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    (Original post by Shane-O)
    Hallo! Can you/anyone tell me more of these German proverbial phrases/idioms. i would love to put them into some German essays!!
    You mean stuff like 'über einen Kamm scheren' = to tar with the same brush?:dontknow:
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    well, you know how the English have proverbs that don't quite make sense to foreigners like we saw earlier with 'killing two birds with one stone' or 'there's no point crying over spilt milk.'
    The Germans naturally, have similar sort of proverbial phrases which immediately make sense to any native but not to a foreigner.
    An important skill at A-Level is to make yourself sound 'less foreign' and including German proverbial phrases where appropriate, can really help in this capacity.
    My problem is that I only know one which is 'es geht bald vor die Hunde' or something along those lines, which I would obviously include in an essay when referring to something that went badly wrong or failed or something. Essentially, I want to know more so that I could perhaps include them in any other German essays I do.
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    (Original post by Shane-O)
    well, you know how the English have proverbs that don't quite make sense to foreigners like we saw earlier with 'killing two birds with one stone' or 'there's no point crying over spilt milk.'
    The Germans naturally, have similar sort of proverbial phrases which immediately make sense to any native but not to a foreigner.
    An important skill at A-Level is to make yourself sound 'less foreign' and including German proverbial phrases where appropriate, can really help in this capacity.
    My problem is that I only know one which is 'es geht bald vor die Hunde' or something along those lines, which I would obviously include in an essay when referring to something that went badly wrong or failed or something. Essentially, I want to know more so that I could perhaps include them in any other German essays I do.
    Can't you google it? Firstly, asking a native simply to list a load of idioms isn't particularly sensible, because I know I couldn't list 10 English idioms off the top of my head. Secondly, including too many of these in a German essay will make you sound less German.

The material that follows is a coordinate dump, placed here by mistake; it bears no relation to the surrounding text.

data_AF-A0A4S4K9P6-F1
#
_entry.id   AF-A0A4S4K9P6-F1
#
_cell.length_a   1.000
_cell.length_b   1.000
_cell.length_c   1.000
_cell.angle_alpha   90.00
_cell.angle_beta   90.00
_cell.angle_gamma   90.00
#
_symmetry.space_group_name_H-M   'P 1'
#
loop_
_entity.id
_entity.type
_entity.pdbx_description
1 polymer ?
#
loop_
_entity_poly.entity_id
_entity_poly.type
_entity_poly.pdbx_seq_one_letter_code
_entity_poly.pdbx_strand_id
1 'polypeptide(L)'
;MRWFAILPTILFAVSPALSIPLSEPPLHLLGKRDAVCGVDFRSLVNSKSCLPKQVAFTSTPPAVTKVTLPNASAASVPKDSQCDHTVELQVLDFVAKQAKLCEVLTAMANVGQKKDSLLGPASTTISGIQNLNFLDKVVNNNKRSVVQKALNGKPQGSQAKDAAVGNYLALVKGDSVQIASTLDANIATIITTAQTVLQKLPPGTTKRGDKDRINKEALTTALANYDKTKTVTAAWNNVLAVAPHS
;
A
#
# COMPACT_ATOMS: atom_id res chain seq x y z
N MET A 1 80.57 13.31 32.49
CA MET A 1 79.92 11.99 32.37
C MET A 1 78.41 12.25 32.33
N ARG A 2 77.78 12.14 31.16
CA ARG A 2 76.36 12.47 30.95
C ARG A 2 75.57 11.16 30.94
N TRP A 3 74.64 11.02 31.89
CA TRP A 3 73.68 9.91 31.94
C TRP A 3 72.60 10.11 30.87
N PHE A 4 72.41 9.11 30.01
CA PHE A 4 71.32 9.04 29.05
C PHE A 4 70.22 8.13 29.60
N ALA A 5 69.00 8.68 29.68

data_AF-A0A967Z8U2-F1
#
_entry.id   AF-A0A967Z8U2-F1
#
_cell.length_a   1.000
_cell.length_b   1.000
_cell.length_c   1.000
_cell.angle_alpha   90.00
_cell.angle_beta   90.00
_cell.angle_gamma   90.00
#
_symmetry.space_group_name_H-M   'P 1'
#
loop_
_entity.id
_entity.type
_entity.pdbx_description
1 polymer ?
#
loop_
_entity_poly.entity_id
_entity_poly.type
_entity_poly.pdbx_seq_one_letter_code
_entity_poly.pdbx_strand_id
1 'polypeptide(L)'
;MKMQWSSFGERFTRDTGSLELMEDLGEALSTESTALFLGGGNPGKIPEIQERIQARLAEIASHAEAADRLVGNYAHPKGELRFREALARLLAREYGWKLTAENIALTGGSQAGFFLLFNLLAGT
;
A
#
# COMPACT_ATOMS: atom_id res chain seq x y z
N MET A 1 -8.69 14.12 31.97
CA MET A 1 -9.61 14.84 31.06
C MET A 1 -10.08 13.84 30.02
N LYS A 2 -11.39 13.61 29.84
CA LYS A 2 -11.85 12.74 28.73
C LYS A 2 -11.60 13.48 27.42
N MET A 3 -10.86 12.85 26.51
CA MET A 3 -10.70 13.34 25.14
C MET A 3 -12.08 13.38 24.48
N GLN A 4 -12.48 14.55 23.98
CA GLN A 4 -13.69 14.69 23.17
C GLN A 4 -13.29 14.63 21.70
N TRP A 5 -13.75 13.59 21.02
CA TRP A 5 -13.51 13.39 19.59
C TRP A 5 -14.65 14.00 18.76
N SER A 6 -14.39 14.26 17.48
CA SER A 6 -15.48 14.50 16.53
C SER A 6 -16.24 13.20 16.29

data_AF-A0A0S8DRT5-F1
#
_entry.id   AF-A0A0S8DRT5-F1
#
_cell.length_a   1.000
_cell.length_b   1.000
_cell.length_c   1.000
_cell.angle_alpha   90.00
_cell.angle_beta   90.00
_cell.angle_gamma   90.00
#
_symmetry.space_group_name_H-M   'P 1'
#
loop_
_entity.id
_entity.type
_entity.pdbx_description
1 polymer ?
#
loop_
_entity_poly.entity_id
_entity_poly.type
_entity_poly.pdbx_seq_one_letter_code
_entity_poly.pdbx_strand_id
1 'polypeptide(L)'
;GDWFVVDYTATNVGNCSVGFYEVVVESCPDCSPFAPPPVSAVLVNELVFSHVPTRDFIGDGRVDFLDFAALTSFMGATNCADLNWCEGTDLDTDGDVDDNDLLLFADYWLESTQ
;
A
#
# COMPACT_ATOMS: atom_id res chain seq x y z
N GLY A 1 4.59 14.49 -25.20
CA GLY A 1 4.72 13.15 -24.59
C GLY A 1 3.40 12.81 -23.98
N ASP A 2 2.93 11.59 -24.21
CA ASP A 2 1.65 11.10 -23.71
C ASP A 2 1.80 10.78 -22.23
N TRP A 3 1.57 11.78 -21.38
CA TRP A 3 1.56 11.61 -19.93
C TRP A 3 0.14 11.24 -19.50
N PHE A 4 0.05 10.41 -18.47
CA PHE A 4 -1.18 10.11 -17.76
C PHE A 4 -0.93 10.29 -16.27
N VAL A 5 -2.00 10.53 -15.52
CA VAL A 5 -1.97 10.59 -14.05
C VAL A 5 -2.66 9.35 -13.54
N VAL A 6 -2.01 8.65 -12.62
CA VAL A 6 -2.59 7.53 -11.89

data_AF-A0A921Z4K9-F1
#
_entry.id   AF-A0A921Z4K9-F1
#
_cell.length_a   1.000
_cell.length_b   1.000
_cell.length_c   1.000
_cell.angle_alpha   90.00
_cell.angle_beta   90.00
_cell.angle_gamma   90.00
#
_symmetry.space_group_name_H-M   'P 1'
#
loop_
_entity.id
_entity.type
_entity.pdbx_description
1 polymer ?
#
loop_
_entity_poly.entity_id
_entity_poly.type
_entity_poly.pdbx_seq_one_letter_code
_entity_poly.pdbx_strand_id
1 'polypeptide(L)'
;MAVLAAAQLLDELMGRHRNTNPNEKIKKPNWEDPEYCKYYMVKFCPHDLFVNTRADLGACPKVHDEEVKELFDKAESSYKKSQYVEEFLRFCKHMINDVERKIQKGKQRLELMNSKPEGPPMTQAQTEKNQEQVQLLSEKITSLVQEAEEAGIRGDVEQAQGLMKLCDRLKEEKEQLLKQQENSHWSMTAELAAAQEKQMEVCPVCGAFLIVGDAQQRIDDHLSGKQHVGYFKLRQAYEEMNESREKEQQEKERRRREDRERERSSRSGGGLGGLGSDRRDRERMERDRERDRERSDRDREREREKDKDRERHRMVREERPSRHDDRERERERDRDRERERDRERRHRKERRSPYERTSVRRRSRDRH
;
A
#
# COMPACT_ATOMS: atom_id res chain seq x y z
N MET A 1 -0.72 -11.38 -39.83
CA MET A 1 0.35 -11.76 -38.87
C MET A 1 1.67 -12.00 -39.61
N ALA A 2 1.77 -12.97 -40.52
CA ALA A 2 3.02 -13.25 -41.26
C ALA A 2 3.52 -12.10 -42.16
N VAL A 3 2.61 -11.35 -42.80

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    http://de.wikiquote.org/wiki/Englisc...ichw%C3%B6rter
    But there are looots of proverbs...
    But actually I wouldn´t use them in an essay... they´re very seldom used in our normal life and nobody´d use them in an essay..
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    Hmm, I always thought 'vor die Hunde gehen' was only applicable to people - are you quite sure you're not confusing it with 'den Bach runtergehen'?:confused:

    Anyway, I agree with generalebriety: cramming your texts full of idioms and proverbial sayings will make your writing seem very odd. Idioms and proverbs need to be used sparingly in order to work, really.
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    (Original post by Shane-O)
    Hallo! Can you/anyone tell me more of these German proverbial phrases/idioms. i would love to put them into some German essays!!
    Hi, here are a few more:" Wer A sagt muss auch B sagen"
    literally: Who says A, has to say B, which means: if you start a task you have to finish it
    "Mit Ach und Krach" z.B.Er schaffte den Test mit Ach und Krach
    lit. He passed the test with ach( I don't know how to translate "ach" it's a sound you make when sighing)and bang

    one moreen Kopf in den Sand stecken- to put the head in the sand
    You say that to someone who closes his eyes to reality.
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    Thanks grizzly! That is exactly what I was after.

    It was never my intention to cram my essays full of these proverbial phrases, but if there is an opportunity to use one in an essay and it makes sense within the context, then I think it's worth doing.
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    Here we are...

    Besser spät als gar nicht- Better late than never
    Man kann nicht gleichtzeitig auf zwei Hochzeiten tanzen- You cannot have your cake and eat it
    Ende gut, alles gut.- All is wel that ends well
    Die tat wirkt mächtiger als das Wort-Actions speak louder than words
    Viel köche verderben den Brei- Too many cooks spoil the broth
    Alles auf eine Karte setzen- To put all ones eggs in one basket
    Die Katze lässt das Mausen nicht- The leopard never changes its spots
    Wo ein Wille ist, ist auch ein Weg- Where there is a will, there is a way
    Man soll das Fell des Bären nicht verkaufen, ehe man ihn erlegt hat- Dont count your chickens before theyve hatched
    Kein Unglück ist so groß, es hat sein Glück im Schoß- Every cloud has a silver lining